Working with optics, geometry, light and glass, British artists Claudia Moseley and Edward Shuster create sculptural installations and immersive environments that reflect on the nature of consciousness and technology.
Their creations are meant to be “meditative instruments” that act as an interface between the viewer and their environment. For Horizon of Day and Night, the duo erected prismic glass monoliths, up to two metres in height, within AlUla, home to Saudi Arabia’s first Unesco World Heritage Site.
Existing as pillars of light that create a clockwork of optical projections, the structures point to the rising and setting of the sun at the current time and during the winter and summer solstices, as well as the south and north Polaris stars and the setting of Venus.
A piece by the pair also went on show as part of Forever Is Now, a historic exhibition at the Pyramids of Giza. Titled (Plan of the Path of Light) In the House of Hidden Places, the creation consisted of a display of glass panels that framed the Pyramids in the background, as a way to link “the experience of the present to both the ancient world and our future technological landscape”, the artists explain.
For Dubai Design Week, which runs until Saturday, Shuster and Moseley created four of their signature large-scale glass antiprisms, in varying sizes. The forms, the pair say, are designed to “reveal the shape of light, showing how consciousness can be opened towards deeper dimensions of luminosity”.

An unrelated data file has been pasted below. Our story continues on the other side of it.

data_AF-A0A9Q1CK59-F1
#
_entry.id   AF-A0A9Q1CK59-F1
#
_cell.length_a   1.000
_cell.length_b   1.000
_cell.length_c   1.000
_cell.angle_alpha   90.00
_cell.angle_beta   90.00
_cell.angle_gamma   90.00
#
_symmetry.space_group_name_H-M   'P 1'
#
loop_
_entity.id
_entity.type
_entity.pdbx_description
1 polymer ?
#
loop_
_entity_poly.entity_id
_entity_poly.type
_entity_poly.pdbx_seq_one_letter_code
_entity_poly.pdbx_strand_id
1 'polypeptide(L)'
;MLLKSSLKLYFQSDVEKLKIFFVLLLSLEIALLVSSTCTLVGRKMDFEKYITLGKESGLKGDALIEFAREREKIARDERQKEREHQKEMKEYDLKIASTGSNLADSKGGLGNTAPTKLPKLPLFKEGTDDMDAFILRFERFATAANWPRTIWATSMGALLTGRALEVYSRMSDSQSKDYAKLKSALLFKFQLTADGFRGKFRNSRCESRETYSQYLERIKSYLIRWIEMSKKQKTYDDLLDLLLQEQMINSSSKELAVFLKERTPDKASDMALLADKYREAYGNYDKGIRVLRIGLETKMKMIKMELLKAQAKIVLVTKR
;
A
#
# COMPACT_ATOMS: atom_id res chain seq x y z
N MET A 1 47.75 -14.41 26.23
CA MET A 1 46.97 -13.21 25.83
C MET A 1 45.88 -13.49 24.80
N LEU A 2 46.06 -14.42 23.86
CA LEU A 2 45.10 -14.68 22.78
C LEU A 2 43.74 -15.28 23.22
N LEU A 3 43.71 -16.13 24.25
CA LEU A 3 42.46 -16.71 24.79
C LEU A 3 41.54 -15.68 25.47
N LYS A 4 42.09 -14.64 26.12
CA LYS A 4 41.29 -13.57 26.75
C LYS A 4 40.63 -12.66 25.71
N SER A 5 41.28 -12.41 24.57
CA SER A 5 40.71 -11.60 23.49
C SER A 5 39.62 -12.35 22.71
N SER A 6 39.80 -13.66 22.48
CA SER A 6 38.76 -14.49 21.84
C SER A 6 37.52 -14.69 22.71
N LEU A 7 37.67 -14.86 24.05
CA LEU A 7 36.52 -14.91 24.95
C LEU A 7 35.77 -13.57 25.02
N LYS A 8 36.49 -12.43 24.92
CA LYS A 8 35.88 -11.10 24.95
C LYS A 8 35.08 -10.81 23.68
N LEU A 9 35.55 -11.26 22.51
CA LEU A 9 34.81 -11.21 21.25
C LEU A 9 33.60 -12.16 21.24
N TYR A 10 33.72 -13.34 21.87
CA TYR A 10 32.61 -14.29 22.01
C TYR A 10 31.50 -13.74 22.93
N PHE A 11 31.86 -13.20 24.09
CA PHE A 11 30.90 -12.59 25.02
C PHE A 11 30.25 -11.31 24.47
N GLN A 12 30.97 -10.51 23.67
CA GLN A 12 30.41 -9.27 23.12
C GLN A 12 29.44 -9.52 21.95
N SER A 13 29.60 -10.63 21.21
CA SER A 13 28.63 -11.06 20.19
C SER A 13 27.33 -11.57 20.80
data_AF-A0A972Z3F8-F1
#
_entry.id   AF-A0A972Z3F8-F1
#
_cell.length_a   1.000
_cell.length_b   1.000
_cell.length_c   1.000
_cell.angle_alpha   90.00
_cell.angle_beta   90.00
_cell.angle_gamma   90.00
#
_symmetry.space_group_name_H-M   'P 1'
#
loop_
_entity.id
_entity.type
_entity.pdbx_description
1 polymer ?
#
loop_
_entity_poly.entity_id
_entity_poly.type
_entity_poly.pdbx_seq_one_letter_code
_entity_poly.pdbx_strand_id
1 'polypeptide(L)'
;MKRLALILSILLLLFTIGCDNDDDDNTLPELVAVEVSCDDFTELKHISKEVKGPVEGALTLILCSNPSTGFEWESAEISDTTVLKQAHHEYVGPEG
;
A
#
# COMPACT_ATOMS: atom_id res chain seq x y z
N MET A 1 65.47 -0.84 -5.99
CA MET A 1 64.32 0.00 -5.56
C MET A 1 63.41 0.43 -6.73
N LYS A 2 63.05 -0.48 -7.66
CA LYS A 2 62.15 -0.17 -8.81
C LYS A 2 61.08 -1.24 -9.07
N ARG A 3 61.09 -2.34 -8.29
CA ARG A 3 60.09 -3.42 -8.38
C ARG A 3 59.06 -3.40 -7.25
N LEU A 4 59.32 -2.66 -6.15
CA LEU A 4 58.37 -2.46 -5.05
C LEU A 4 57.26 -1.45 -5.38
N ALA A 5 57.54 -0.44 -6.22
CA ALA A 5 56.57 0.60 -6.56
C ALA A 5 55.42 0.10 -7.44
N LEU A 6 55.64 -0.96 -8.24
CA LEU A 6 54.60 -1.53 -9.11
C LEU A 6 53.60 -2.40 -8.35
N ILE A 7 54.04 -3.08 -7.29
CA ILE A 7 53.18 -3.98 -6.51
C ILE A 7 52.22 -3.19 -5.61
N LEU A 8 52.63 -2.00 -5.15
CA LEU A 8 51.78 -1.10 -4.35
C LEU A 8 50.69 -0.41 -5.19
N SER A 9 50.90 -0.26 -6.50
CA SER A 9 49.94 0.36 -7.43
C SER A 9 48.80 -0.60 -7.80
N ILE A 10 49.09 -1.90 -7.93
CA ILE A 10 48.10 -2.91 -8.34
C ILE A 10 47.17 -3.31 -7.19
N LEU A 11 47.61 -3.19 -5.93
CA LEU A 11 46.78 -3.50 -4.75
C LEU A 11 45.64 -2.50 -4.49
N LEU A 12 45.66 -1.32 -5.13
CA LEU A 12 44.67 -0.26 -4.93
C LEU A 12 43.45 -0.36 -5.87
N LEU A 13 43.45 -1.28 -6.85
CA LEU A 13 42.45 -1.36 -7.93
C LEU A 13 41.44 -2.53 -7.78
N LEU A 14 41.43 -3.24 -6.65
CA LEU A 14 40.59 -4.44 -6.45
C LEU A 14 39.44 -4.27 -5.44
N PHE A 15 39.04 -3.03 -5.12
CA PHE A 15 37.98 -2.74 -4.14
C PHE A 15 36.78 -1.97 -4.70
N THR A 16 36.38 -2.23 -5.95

Created in collaboration with Dubai studio Espace, each unique form is carefully constructed from clear optical glass panes and hand-bonded in the UAE. In situ in Dubai Design District, they reflect and refract a unique optical fingerprint of their surroundings. Entitled Resting, Empty, the works are suggestive of boulders in the landscape, like future relics of our technologically driven age.
The sculptural series is also a nod to the predominance of glass in the region’s architectural structures, and employs the precision techniques and technologies that allow for the complex bevelling and bonding of thick pieces of glass, usually preserved for the creation of glazing and high-tech facades. The structures are priced at between $80,000 and $110,000 each, including bases, or can be bought as a set for $350,000.